The California Sports Hall of Fame

Christian Okoye, the "Nigerian Nightmare" who first made his mark as a bruising running back with Azusa Pacific University, enjoyed an excellent career with the Kansas City Chiefs. After his retirement, Okoye returned to live in Southern California; he owns a nutritional supplements business and operates the Christian Okoye Foundation for underprivileged youth.

Now, Okoye is launching the California Sports Hall of Fame, with a kickoff ceremony scheduled for January 28 in Anaheim. (Tickets are $500 for individual "sponsorship investment;" the "Hall of Fame sponsorship investment" is, gulp, $250,000. Okoye hopes to persuade the folks planning the Great Park in O.C. (former home of the El Toro Air Station) to allow space for a permanent home for the Hall.

"I got the idea because I saw that other states have halls of fames and California doesn't," Okoye told me by phone from his home in Rancho Cucamonga. "I felt that we should put together a California hall of fame because the state has produced so many great athletes and coaches over the years."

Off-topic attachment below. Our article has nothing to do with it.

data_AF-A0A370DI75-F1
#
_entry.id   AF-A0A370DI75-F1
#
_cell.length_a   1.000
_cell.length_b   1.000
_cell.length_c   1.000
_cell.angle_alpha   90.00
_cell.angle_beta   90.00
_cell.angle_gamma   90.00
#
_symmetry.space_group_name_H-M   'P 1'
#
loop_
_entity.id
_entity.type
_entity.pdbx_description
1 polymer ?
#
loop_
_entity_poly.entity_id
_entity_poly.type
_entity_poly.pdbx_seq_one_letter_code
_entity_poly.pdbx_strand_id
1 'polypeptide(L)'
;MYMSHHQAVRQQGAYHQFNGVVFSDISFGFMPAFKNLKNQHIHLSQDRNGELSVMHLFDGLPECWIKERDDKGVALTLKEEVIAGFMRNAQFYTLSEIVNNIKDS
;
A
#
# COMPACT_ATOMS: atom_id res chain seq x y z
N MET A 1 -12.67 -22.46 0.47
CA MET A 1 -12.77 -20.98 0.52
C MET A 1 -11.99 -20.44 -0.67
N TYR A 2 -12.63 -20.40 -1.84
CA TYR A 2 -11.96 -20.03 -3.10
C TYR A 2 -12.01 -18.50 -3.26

This sounds like a decent idea -- especially if, as Okoye claims, money raised in the name of the non-profit goes to help those whom he describes as "struggling young athletes who are poorly financed." Okoye envisions clinics, sports camps and tutoring services.

The Hall's first class of 20 inductees is impressive: Magic Johnson, Bill Walsh, Kareem Abdul-Jabbar, Reggie Jackson, Eric Dickerson, Marcus Allen, Kellen Winslow, John Wooden, Tom Flores, Jackie Joyner Kersee, Jackie Robinson, Jerry West, Rafer Johnson, David "Deacon" Jones, Elgin Baylor, Chick Hearn, Wilt Chamberlain, Bob Mathias, Tommy Lasorda and Jim Plunkett.

But the selection process has some kinks. Several of these inductees also serve on the Hall's board of directors, raising questions about conflict of interest. Was Flores, the former Raiders coach, selected because he's on the board? And, how did he get selected over the likes of John McKay and Rod Dedeaux? In addition, it's downright disrespectful that the organization chose only one woman in its first class. No Ann Myers or Cheryl Miller? No Billie Jean King or Janet Evans or Lisa Fernandez? Finally, the Hall honors only two athletes who competed before the 1950s (Robinson and Mathias). What about Walter Johnson? What about James Jeffries and Jimmy McLarnin?

November 8, 2006 3:32 PM • Native Intelligence • Email the editor
 

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